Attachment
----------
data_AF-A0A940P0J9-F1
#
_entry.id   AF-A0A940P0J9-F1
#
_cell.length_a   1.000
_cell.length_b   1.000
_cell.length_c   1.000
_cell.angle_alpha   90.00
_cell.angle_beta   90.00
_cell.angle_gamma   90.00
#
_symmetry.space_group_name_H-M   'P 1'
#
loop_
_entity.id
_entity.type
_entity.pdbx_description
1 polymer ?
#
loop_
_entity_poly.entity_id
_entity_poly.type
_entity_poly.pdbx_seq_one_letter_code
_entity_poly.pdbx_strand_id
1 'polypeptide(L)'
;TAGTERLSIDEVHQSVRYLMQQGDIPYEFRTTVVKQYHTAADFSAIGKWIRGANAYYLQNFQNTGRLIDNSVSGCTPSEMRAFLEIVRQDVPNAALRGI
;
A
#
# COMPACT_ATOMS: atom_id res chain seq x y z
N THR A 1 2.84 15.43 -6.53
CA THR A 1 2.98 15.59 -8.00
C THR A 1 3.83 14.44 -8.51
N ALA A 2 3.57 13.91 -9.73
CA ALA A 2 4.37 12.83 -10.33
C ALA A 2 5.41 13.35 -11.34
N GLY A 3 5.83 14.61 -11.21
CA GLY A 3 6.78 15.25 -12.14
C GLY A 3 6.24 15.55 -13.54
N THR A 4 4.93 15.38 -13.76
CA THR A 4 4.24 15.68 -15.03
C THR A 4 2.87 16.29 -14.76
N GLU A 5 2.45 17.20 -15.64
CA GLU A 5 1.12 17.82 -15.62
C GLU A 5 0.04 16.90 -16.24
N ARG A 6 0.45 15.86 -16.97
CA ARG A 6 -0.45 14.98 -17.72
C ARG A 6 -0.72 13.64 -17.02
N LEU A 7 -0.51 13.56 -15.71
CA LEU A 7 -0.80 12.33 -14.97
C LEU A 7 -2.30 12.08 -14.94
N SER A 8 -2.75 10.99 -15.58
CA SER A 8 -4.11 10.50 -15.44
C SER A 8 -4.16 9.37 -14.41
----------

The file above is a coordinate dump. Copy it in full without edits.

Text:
data_AF-A0A940P0J9-F1
#
_entry.id   AF-A0A940P0J9-F1
#
_cell.length_a   1.000
_cell.length_b   1.000
_cell.length_c   1.000
_cell.angle_alpha   90.00
_cell.angle_beta   90.00
_cell.angle_gamma   90.00
#
_symmetry.space_group_name_H-M   'P 1'
#
loop_
_entity.id
_entity.type
_entity.pdbx_description
1 polymer ?
#
loop_
_entity_poly.entity_id
_entity_poly.type
_entity_poly.pdbx_seq_one_letter_code
_entity_poly.pdbx_strand_id
1 'polypeptide(L)'
;TAGTERLSIDEVHQSVRYLMQQGDIPYEFRTTVVKQYHTAADFSAIGKWIRGANAYYLQNFQNTGRLIDNSVSGCTPSEMRAFLEIVRQDVPNAALRGI
;
A
#
# COMPACT_ATOMS: atom_id res chain seq x y z
N THR A 1 2.84 15.43 -6.53
CA THR A 1 2.98 15.59 -8.00
C THR A 1 3.83 14.44 -8.51
N ALA A 2 3.57 13.91 -9.73
CA ALA A 2 4.37 12.83 -10.33
C ALA A 2 5.41 13.35 -11.34
N GLY A 3 5.83 14.61 -11.21
CA GLY A 3 6.78 15.25 -12.14
C GLY A 3 6.24 15.55 -13.54
N THR A 4 4.93 15.38 -13.76
CA THR A 4 4.24 15.68 -15.03
C THR A 4 2.87 16.29 -14.76
N GLU A 5 2.45 17.20 -15.64
CA GLU A 5 1.12 17.82 -15.62
C GLU A 5 0.04 16.90 -16.24
N ARG A 6 0.45 15.86 -16.97
CA ARG A 6 -0.45 14.98 -17.72
C ARG A 6 -0.72 13.64 -17.02
N LEU A 7 -0.51 13.56 -15.71
CA LEU A 7 -0.80 12.33 -14.97
C LEU A 7 -2.30 12.08 -14.94
N SER A 8 -2.75 10.99 -15.58
CA SER A 8 -4.11 10.50 -15.44
C SER A 8 -4.16 9.37 -14.41